The Trees’ Perspective
Latte had her nose to the ground as she pulled Moss through a clump of burdock and headed towards the trees. Cleavers grabbed at Moss’s feet, nearly tripping her as she fought to keep up with the fast moving dog.
When she looked up from freeing her legs from the clinging plants, she saw Latte wildly wagging her tail and looking into the face of a very tall being. Well, at least Moss thought it was a face. There was very little about what stood before them that appeared human beyond their general shape and feel. Moss blinked her eyes once, and all she saw was an ancient tree. In the next blink, the well-lined face of a woman with wild, leafy hair appeared.
If Latte didn’t look so happy and at ease, Moss would have turned around and ran. Instead, she clasped the leather bag hanging around her neck, hoping the feather Nevermore had gifted her would not only make her resourceful and clever, as the crow had promised, but brave as well.
“Hello?” Moss said, while glancing around the woods for an escape route. “You seem to have completely enchanted my dog. She’s usually very leery of anyone she doesn’t know.” Yup, use the dog as a charming buffer, works most of the time, Moss thought.
“Oh, but she does know me. All the animals know me.” The response came in a voice like quaking aspen leaves, shaking in the wind. “I’m Wadee,” they said, reaching down with leafy fingers to comb through Latte’s fur. “I watch over this island and everything that lives here. Unfortunately, there’s less and less to watch over since the bridges and bike path were added. The animals have tried to find another place to live, but there’s so little land left for them.”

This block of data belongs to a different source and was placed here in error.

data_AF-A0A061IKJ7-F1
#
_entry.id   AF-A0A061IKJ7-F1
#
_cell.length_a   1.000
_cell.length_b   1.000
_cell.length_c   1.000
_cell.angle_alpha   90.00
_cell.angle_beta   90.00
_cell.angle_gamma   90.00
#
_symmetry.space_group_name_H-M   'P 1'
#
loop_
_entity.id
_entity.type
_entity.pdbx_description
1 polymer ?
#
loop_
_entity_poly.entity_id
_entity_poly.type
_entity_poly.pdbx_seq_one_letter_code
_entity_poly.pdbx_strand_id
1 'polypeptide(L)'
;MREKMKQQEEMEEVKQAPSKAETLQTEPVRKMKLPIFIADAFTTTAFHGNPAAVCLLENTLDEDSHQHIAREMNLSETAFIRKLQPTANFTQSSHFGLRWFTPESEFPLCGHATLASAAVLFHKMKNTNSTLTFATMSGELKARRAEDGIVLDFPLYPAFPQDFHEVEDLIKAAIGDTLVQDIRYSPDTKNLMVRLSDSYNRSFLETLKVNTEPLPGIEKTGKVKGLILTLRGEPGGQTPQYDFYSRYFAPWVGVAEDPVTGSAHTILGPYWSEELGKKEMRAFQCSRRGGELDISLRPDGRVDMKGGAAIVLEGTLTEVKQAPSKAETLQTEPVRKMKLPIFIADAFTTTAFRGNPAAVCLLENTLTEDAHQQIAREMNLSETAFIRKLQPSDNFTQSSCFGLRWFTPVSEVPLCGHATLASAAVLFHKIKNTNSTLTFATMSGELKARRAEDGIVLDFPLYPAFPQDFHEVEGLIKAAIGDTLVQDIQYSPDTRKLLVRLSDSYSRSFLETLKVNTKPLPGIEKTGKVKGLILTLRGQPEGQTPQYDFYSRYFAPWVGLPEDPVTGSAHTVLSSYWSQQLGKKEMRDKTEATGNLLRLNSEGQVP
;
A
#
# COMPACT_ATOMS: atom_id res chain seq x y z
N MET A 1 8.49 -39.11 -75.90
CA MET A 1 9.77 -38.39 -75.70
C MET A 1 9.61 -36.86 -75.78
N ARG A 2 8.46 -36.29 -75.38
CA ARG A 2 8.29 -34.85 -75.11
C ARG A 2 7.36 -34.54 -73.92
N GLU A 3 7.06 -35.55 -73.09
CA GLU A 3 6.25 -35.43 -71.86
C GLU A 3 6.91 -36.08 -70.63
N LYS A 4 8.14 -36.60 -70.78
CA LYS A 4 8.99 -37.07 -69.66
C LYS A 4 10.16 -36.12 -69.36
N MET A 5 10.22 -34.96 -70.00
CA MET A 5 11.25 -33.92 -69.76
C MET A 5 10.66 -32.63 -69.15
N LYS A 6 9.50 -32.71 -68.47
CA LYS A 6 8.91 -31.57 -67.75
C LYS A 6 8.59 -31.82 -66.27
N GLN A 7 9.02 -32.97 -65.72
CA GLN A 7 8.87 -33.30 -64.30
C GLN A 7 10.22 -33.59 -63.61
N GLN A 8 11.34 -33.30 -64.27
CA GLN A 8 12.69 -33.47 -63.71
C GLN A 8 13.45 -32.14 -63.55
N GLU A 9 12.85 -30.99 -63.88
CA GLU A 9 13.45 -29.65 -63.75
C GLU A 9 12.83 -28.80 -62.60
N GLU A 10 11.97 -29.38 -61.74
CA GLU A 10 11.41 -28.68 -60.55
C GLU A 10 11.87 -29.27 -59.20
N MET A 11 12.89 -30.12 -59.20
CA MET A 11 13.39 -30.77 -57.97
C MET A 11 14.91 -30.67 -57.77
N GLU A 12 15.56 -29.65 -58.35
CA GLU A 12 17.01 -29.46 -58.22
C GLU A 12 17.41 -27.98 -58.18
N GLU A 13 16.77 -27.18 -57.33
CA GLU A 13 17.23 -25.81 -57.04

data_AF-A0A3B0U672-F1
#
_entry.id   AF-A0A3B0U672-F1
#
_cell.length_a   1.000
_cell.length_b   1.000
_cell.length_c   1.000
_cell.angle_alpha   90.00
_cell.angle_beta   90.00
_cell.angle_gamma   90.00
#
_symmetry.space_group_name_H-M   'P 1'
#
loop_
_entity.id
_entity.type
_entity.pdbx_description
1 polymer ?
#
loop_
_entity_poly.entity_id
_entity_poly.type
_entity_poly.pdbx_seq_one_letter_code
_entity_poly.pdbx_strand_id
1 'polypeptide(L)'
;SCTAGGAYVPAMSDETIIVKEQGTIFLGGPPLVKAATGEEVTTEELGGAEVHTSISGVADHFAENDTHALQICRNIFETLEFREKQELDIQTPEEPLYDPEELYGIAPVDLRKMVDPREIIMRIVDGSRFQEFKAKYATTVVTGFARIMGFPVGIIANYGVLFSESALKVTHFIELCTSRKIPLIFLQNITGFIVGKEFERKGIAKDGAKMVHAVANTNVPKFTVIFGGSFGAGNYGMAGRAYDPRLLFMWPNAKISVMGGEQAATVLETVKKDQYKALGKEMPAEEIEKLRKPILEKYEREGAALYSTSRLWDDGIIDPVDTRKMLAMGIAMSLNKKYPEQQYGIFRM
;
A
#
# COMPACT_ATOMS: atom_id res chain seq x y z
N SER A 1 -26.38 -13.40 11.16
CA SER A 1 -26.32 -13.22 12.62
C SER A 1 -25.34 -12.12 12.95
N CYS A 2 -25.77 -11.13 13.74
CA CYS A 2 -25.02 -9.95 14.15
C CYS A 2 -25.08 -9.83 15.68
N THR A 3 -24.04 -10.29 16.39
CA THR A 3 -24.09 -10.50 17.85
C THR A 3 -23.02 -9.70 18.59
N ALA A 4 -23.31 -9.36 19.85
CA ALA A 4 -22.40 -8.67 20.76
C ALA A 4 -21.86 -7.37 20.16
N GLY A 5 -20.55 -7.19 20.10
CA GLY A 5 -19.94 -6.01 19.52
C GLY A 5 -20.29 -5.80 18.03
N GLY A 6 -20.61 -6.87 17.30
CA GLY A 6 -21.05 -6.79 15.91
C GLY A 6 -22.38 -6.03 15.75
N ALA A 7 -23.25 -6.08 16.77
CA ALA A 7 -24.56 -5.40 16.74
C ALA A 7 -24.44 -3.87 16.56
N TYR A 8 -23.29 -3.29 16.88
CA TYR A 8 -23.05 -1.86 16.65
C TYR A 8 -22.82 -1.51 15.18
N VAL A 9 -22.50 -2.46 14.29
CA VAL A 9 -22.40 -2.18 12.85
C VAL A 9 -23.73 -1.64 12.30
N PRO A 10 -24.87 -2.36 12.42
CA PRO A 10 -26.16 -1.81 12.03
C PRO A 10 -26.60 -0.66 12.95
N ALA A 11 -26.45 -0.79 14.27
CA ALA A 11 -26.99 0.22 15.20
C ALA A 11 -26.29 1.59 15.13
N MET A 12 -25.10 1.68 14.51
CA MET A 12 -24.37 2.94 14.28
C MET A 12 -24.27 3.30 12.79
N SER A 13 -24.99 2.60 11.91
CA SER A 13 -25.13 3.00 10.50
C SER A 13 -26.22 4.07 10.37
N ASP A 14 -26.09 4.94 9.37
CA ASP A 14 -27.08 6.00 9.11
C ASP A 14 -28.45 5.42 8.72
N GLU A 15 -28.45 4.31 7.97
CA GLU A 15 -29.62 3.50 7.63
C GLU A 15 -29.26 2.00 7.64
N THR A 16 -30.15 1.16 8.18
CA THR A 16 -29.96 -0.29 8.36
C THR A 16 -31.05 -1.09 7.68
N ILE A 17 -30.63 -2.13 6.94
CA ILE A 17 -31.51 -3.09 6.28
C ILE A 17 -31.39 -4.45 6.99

“I don’t suppose you know about what’s going on in the park.” said Moss.
“I know a little,” said Wadee. “Even though the channel separates us, I can still detect the smell of fear coming from the trees when they thought they were under attack. So many have gone silent. Those that remain worry they are next. As long as the trucks and machines are near, they fear for their lives,” Wadee said. “The birds bring me news. They are terrible gossips, especially the crows. I only believe half of what they say. Still, I don’t know where all this is going to end. Do you?”
“There was an article in the newspaper about the riverbank restoration process,” said Moss. “They’re supposed to stabilize the bank and replant it with native plants, but I don’t know what that means. I’m afraid the riverbank will never be the same.”
“Your fear doesn’t help us.” Wadee said, standing stiffly over Moss, her canopy blowing and shaking like a hundred dangling snakes. Moss took a step backwards, but Latte remained where she stood.
“Since you have access to the internet and a cell phone, and I do not, you must do research for us,” said Wadee. “Find out if they have similar plans for this island. There’s already been workers here clearing out the underbrush and planting seedlings. I don’t know how those little trees will survive with none of their ancestors around them. I’m doing what I can, but some elders do not welcome the transplanted trees. It’s becoming more difficult to keep the peace.”
Wadee reached down again to pat Latte’s head. “I do like female dogs so much more than males—for obvious reasons,” she said. Raising a dangly rooted foot, Wadee took a step, signaling the conversation was over, then twisted her trunk around and said, “I’m curious. Why do you care so much about this place? I can feel it sometimes…. your heart breaking. It smells like a river, choked with weeds.”